One day I simply left the Professor a note and took my sailboat to the city. In two weeks I was established and I came back for my computer. My note was gone, but so was the Professor. My departure had freed it of its last responsibility. I imagined that my old tutor had gone completely marine and simply moved under the surface of the Gulf of Memory.

I soon found that I loved Telset. She is an island, twelve miles long, five wide, set like a jewel in the shallow gleaming waters of the southern Gulf of Memory. She is shaped like the footprint of a pointed slipper. The northern tip is Prospect Point; the original city, Old Telset, is in the middle of the eastern shore. Orbiters can see the Gulf as a whole: an ocean-sized lagoon, almost completely encircled by the vast coral-crusted arms of the continent-sized atoll we call Aeo.

Five hundred years ago, the pioneer Reverids cooked Telset to a state of red-hot viscosity with powerful orbital lasers, killing all native life. When she cooled, they stocked her sterile soil with their own flora and fauna, mostly Niwlindid stock. The alien species did well, but as the centuries passed they began to succumb to highly evolved native species that were washed ashore or carried by birds. Now the island is a riotous scramble of species from a dozen planets, each seeking a niche in a chaotic, cosmopolitan ecosystem.

The boundaries of the city of Telset are vague; her modern villas, of limestone, travertine, marble, metal, and wood, are scattered throughout the island. They are hidden in the woods and half-buried in the reefs; they loom from the shoregrass, they nestle in dells and creeks and hollows. Telset is wired, which does away with the need for compactness. The primary recreation of her citizens is tape: drone tape, art tape, life tape, memory tape. That's the way we are.

I've explored all of Telset on foot or by drone. I know the dense-packed, thickwalled, deserted buildings of Old Telset like the back of my hand; most of Old Telset is now the Decriminalized Zone, my stage and arena. I know the channels of the Telset Reef well, too; I've sailed them all in my little skiff, the Sea Whip, and explored them while swimming or with aquatic drones. I've seen sea beavers, mudcumbers, skates, and rays; I've seen kittiwakes, skeiners, skimmers, and cormorants. I've seen great mud-belching holothurians, as big as houses, hauling their rubbery bulk to shore, and I've touched them with my hands. I've seen great crusted cylinders of Tower Coral, two stories high; I've climbed them and dived from the top. I've seen Telset, touched her, heard her, tasted her, and smelled the sharp brine of her ocean air. And best of all, I've known her people.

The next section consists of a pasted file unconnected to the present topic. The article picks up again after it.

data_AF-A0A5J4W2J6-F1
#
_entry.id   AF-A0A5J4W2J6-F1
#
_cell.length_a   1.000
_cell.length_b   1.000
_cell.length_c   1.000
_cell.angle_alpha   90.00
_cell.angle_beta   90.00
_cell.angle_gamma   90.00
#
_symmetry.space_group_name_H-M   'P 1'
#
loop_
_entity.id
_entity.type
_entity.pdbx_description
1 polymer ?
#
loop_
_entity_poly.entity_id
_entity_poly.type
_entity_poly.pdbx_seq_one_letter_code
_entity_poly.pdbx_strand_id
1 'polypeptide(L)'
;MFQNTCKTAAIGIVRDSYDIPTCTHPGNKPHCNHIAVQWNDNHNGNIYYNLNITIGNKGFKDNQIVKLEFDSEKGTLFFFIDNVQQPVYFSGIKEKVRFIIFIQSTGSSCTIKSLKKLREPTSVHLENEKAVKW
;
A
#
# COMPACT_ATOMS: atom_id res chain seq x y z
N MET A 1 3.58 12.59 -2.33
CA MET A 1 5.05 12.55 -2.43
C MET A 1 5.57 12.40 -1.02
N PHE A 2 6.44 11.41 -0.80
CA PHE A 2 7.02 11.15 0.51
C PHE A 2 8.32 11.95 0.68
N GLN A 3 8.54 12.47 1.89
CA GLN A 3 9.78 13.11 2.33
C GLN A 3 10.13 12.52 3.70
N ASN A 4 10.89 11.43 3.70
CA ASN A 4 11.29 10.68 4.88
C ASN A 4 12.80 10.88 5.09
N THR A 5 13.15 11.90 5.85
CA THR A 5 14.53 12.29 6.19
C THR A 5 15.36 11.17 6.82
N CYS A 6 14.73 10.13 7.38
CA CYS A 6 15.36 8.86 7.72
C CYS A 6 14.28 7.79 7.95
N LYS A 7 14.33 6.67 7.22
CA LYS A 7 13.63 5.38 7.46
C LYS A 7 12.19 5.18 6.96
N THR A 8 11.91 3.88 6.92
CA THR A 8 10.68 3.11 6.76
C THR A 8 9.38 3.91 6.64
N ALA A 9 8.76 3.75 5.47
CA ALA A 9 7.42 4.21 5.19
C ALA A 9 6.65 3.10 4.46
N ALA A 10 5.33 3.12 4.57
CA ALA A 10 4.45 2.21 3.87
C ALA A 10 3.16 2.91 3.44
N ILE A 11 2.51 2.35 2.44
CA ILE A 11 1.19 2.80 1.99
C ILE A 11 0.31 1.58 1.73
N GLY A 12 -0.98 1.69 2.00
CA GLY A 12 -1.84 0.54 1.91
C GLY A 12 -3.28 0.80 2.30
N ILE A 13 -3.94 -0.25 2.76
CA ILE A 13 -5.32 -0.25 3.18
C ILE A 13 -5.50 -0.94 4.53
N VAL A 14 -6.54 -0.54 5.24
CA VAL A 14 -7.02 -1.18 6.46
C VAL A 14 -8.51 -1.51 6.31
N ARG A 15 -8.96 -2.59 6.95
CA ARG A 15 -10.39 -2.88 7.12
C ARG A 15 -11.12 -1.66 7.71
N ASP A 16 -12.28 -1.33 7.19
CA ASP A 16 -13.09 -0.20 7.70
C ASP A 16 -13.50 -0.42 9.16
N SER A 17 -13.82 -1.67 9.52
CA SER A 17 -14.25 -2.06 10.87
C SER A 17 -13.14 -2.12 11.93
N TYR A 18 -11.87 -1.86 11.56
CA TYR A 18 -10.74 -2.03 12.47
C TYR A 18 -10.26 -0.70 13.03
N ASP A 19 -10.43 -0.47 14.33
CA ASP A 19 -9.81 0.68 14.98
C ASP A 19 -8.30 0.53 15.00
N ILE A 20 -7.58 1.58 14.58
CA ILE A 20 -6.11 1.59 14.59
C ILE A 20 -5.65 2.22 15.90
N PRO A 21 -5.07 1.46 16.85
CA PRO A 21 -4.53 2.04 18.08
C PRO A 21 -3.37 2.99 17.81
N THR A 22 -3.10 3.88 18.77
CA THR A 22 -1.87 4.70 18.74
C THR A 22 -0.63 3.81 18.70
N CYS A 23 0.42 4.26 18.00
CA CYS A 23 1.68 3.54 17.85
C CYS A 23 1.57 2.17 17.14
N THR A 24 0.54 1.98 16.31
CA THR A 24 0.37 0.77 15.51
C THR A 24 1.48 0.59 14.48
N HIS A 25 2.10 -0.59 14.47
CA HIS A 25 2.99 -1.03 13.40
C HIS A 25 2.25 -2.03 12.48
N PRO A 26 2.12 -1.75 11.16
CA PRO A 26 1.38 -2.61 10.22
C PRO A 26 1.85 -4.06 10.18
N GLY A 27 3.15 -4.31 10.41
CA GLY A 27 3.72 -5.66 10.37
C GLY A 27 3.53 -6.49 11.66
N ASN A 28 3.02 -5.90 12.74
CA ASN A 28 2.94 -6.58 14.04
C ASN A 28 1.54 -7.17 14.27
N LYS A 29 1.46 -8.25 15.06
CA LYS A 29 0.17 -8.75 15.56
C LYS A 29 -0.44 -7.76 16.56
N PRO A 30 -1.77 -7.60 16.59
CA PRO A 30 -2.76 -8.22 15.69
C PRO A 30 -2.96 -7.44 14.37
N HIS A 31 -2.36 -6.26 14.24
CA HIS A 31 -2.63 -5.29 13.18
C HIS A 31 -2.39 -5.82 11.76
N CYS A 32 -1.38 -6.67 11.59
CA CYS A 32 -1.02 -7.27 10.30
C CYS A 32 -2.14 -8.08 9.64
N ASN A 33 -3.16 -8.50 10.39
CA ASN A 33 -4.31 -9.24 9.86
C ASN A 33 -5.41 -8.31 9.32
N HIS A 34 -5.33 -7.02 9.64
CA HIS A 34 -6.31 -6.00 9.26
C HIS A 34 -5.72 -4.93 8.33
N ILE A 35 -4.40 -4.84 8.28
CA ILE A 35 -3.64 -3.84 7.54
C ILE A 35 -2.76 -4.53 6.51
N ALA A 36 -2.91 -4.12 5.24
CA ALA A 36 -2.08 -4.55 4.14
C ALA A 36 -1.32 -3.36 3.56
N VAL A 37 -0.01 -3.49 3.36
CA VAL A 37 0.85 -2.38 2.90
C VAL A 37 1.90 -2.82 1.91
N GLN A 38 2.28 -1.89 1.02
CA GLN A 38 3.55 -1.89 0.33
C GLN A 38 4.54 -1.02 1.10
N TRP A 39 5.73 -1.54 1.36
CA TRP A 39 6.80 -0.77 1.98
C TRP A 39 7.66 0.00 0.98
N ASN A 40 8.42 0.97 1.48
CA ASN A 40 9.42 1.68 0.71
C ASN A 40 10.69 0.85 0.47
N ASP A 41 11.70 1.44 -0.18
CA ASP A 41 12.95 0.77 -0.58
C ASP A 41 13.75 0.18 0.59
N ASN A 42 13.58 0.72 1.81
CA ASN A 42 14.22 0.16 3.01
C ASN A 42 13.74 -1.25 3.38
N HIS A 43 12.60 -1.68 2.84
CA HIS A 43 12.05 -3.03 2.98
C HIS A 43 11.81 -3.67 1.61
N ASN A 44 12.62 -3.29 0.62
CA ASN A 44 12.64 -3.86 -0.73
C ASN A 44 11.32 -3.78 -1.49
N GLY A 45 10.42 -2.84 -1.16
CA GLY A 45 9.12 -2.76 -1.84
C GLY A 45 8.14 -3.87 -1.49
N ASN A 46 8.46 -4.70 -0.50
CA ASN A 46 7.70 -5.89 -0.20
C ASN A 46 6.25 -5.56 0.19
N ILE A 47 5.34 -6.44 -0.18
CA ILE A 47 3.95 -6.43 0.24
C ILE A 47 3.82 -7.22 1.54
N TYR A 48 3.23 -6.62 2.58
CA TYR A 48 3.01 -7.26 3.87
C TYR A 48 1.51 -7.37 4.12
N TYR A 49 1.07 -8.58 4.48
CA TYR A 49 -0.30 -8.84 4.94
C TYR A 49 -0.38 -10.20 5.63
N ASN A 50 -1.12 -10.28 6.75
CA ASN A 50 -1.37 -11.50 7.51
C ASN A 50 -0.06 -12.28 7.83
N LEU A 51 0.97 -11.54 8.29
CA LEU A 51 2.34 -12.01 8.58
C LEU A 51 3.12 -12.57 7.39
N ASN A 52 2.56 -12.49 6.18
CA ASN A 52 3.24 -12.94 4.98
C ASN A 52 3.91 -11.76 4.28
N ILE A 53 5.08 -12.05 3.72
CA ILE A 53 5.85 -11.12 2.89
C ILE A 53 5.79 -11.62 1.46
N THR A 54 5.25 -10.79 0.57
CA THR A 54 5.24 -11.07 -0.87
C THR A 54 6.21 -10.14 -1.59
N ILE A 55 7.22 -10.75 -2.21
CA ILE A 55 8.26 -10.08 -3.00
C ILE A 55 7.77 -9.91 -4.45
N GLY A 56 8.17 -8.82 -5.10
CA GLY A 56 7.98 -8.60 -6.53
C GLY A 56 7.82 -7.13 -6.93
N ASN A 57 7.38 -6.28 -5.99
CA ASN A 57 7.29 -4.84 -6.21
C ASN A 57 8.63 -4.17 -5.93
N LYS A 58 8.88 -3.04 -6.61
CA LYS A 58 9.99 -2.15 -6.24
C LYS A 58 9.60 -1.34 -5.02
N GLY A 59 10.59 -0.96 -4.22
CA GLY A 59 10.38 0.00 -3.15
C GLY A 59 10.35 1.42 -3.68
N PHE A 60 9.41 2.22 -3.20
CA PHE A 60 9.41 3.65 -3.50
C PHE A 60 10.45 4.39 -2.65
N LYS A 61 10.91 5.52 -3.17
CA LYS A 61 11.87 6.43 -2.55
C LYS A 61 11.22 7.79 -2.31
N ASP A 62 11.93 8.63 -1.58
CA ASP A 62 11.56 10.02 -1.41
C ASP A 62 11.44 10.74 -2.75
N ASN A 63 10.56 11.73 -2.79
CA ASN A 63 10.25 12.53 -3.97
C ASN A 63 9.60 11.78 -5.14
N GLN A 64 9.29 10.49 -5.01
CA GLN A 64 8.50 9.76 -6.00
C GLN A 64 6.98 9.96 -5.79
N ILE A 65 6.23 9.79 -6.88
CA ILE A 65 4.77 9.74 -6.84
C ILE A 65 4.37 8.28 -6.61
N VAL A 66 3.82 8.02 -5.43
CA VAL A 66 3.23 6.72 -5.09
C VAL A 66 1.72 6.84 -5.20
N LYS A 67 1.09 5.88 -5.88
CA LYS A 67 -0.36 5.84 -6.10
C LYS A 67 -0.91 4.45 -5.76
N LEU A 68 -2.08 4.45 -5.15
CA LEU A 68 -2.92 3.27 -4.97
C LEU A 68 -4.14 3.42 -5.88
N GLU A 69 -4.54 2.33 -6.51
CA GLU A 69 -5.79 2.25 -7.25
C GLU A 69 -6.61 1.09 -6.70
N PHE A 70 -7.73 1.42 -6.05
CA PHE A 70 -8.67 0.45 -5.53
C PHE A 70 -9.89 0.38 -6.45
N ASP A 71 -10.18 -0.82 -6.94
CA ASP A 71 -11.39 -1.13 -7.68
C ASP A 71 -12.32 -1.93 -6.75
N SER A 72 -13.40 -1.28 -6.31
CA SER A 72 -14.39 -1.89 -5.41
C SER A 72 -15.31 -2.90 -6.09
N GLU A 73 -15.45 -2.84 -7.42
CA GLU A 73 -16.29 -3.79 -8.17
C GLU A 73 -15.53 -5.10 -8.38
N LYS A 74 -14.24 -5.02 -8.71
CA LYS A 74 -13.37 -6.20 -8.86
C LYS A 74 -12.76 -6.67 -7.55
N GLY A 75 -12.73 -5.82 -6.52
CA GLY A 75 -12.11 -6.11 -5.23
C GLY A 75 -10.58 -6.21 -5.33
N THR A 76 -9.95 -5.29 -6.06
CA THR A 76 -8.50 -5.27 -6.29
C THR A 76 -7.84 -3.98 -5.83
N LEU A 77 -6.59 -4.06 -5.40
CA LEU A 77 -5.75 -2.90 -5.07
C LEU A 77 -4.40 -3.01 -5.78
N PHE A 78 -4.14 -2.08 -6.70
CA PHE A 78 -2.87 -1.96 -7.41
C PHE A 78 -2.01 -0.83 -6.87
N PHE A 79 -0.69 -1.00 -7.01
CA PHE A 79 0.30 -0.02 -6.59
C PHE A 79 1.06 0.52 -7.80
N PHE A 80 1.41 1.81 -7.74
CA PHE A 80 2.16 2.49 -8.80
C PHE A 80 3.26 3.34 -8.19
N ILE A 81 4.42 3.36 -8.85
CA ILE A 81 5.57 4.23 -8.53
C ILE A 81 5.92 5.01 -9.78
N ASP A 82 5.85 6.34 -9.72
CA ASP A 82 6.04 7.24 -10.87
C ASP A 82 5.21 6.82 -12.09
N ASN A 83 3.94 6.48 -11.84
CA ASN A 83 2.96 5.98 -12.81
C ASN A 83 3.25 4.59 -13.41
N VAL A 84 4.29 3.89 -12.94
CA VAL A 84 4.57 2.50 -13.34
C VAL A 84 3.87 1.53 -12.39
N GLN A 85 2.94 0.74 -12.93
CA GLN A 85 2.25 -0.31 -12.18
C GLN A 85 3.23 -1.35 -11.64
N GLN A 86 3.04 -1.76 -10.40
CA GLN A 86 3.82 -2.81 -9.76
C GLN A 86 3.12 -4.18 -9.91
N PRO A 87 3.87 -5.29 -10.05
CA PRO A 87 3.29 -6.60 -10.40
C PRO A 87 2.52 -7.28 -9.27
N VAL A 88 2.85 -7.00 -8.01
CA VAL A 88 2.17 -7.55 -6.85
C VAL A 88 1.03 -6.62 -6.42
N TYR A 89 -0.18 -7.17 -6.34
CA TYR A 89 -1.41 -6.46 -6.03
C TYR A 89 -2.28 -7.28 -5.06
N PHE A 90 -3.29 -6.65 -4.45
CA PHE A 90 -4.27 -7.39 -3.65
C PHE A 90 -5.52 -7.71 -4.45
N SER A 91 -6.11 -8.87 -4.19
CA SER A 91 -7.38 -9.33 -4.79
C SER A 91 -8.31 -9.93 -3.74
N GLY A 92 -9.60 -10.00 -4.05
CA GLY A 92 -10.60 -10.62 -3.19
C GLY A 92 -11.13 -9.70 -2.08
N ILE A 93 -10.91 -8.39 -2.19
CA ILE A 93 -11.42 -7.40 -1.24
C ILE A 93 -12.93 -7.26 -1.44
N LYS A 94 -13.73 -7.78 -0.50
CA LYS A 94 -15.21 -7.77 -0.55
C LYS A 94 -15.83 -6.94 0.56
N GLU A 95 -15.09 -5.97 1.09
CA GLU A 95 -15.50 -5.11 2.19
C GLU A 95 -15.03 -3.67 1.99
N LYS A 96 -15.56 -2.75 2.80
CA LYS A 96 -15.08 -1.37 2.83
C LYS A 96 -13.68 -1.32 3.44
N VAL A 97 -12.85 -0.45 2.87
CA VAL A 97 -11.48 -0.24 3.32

Those among my audience who have closely followed my career (and I've known some to have whole libraries of my tapes) know that I started my career as a junior gang member of the Cognitive Dissonants, a group led for the last eight years by that resplendent couple, Chill Factor and his Ice Lady. Chill and Icy were responsible for my development as an artist and tape craftsman. The fact that I have sometimes challenged and beaten up members of their gang (Six Fingers, Hammer, Million Masks, Happy Daze, Flying Bill Flatbeak, Chains, Brains, Sumo, Hobble, and Twinkles) should not blind anyone to the sincere affection I feel for all these extraordinary fighters and artists.

They bought me my first cameras. They gave me innumerable tips on the correct dramatic presentation. They bought me my first smuff, helped me find my first home. They taught me gang etiquette, and the rituals of combat art and the artists' Code. The Code rules our lives. If not for the Code, we would all have killed each other years ago.

Of course, that was eight standard years past. Since then I've climbed to the top of the bloody flagpole.


Combat artists, even in this day of technomedicine, spend a lot of time healing up. You can't fight all the time, there are limits: medical bills and smuff. Limits enough so that even the top ranks are only moderately well off by the standards of Reverid richesse. But money isn't everything; in fact, to my youthful mind, fame and a fearsome reputation meant much more. And I had enough money to live comfortably and securely in the Decriminalized Zone, thanks to computerized alarm systems, royalty payments, a steady supply of smuff, and my housekeeper, Quade Altman.


(Continues...)

Excerpted from The Artificial Kid by Bruce Sterling. Copyright © 1980 Bruce Sterling. Excerpted by permission of OPEN ROAD INTEGRATED MEDIA.
All rights reserved. No part of this excerpt may be reproduced or reprinted without permission in writing from the publisher.
Excerpts are provided by Dial-A-Book Inc. solely for the personal use of visitors to this web site.

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The Artificial Kid 4.5 out of 5 based on 0 ratings. 2 reviews.
xtien on LibraryThing More than 1 year ago
Not Sterlings best work, but worthwhile. It's a book for transhumanists.
Guest More than 1 year ago
A story, a journey, a Kid, a world with exotic physical combat as a social and art form, the insanities and tyranny of the old, the dedication and vicious pettiness of academics, and, yes, the power of love. All of which fall in upon the Kid at once, and result in his, yes, growing up ... again. Incidentally, revolution sweeps the world, changing everything and nothing in a 'wag the dog' style, but for Sterling, that's just background. The writing style is aggressively smart and whimsical, unusual for sf (but common for Sterling), it ain't your (father's?) Star Trek novelization, it plays with the reader all the way thru. I didn't know this was in print again, grab some copies now lest it disappear again!